Tuesday, April 5, 2011

Duck Pimples

There is a mold to Disney shorts that usually follows the traits of the characters. The Mickey shorts feature a good natured Mickey having a good time with some occasional complications. The Goofy shorts have him attempting some sport or endeavor with a narrator. Donald’s short inevitably have him trying to do something too grand or too wrong and getting frustrated.


So when something breaks that mold, it’s noteworthy. Duck Pimples is one that shatters the mold, and does it very, very well. The short manages to take Donald and stick him in a very unfamiliar situation, as well as taking him out of reality and placing him in a sort of dream world. The comedy flies fast and furious, and if you blink, you’ll miss some small detail or bit of fun that the animators placed in this short.


Donald is sitting by the radio one night when he decides to turn off the light to relax. Unfortunately for him, the radio dramas that night are decidedly not relaxed. Instead of calm music or romance, all Donald hears is mystery and murder. He even envisions a giant ape from one of the stories right behind him. It gets even worse when a raincoat clad man shows up at the door and leaves a pile of mystery and crime books on Donald’s floor.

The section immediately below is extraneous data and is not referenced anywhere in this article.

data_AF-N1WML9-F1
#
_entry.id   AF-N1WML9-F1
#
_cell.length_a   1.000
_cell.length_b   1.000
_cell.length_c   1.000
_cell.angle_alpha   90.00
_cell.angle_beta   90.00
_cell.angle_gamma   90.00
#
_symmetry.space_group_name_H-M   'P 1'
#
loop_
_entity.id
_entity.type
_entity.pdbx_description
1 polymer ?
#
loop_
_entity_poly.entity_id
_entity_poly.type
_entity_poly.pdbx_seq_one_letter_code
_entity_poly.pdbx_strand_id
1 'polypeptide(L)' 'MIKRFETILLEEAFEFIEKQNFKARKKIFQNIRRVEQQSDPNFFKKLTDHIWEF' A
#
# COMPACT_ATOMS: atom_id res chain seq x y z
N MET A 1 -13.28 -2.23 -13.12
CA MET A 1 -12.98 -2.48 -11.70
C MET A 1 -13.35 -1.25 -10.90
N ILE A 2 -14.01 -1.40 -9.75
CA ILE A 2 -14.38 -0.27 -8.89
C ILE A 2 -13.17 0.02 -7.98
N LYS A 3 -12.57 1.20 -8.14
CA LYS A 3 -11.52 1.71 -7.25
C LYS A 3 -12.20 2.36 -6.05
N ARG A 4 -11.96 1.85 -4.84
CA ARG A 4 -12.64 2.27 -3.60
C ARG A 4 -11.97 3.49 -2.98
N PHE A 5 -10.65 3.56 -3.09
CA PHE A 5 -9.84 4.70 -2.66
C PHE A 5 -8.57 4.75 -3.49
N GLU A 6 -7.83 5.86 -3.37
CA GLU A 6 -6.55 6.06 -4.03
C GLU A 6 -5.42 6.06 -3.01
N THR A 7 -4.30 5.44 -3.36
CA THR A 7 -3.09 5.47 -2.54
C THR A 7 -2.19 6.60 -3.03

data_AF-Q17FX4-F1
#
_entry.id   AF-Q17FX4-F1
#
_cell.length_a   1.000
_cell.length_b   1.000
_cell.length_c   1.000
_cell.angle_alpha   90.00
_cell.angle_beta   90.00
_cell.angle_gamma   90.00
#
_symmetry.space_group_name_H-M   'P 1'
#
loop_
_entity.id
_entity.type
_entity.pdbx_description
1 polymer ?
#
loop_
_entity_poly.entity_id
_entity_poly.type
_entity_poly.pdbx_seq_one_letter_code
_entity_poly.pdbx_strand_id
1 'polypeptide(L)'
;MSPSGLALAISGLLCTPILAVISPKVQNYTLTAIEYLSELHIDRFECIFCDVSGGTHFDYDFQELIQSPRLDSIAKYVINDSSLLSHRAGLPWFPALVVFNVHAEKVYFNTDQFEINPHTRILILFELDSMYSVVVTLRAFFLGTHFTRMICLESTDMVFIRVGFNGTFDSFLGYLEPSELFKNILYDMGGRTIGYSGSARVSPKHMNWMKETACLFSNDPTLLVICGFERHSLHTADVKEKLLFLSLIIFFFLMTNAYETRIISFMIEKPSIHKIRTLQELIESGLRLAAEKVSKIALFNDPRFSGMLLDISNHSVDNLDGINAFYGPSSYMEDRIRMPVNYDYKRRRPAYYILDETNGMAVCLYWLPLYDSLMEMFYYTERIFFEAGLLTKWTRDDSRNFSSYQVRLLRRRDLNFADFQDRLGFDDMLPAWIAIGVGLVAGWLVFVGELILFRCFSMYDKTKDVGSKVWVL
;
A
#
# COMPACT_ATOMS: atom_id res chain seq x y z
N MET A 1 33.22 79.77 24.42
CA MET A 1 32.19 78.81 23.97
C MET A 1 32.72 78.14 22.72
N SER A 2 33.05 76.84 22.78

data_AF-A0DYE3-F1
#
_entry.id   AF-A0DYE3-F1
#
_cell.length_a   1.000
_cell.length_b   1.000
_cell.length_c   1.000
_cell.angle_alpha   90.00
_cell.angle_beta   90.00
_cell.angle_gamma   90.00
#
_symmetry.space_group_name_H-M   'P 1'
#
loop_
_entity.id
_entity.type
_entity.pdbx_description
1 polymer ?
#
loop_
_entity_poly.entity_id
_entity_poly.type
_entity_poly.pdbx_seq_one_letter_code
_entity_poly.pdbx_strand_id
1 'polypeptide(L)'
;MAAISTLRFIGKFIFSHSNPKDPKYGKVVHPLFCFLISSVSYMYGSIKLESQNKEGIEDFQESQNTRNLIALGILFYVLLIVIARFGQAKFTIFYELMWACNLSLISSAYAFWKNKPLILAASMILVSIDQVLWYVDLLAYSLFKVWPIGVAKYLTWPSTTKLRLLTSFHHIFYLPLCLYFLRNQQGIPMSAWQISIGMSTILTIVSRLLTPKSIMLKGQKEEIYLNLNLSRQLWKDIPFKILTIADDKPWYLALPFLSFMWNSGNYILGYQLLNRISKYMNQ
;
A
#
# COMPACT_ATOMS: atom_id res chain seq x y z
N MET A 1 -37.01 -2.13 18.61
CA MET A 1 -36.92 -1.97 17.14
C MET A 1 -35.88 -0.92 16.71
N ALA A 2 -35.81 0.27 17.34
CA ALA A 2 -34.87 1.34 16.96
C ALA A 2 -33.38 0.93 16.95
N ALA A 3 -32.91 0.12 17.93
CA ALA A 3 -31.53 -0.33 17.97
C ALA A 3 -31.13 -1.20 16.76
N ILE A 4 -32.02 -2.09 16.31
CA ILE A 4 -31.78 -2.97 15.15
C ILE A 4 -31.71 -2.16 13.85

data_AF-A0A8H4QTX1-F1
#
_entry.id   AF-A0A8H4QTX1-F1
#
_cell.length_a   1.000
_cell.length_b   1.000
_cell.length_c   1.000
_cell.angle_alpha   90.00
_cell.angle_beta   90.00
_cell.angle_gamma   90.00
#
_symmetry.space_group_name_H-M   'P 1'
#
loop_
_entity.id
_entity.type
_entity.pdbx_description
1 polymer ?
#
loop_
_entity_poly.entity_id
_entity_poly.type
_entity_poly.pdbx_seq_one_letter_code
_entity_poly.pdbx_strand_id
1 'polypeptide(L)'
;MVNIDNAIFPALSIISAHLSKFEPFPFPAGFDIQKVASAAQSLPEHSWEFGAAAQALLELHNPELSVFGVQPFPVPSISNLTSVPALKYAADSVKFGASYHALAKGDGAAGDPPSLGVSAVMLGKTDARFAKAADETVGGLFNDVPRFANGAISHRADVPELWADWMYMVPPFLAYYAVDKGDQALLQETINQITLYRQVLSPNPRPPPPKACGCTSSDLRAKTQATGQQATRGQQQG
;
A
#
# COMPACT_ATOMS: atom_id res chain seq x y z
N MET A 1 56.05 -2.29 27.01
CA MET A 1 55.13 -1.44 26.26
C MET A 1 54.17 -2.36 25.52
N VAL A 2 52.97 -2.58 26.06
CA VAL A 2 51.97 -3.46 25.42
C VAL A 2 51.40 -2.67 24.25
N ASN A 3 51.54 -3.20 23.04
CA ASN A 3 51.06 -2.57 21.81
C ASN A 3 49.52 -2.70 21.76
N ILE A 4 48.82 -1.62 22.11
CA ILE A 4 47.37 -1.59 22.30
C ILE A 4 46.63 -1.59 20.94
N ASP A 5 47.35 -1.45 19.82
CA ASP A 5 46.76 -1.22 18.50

The silliness escalates with the characters from the books climbing out of the books and carrying on with Donald. They go back and forth with accusing Donald of committing crimes, stealing from them and even kidnapping a woman who is standing in the corner. If it sounds silly, that’s because it is. It feels so much more like a Looney Tunes short than a Disney one.


The stereotypes are in full effect here, but to great comedic value. You have the Irish cop who badgers Donald to death, eats “donuts” and turns out to be corrupt in the end. There’s the sleek, sophisticated woman who’s probably hiding something herself, and who ends up playing the cop for a fool. Of course, there’s also the bookish, nerdy author who shows up to resolve everything.


The short really plays as a tribute to film noir, one of my favorite genres. During the 1940s, film noir was in its heyday, with fabulous films being released by major studios with some of the biggest stars. This short puts a zany, Disney twist on it, and comes away with something special. It allows us to see Donald on a roller coaster ride that is truly enjoyable to watch.



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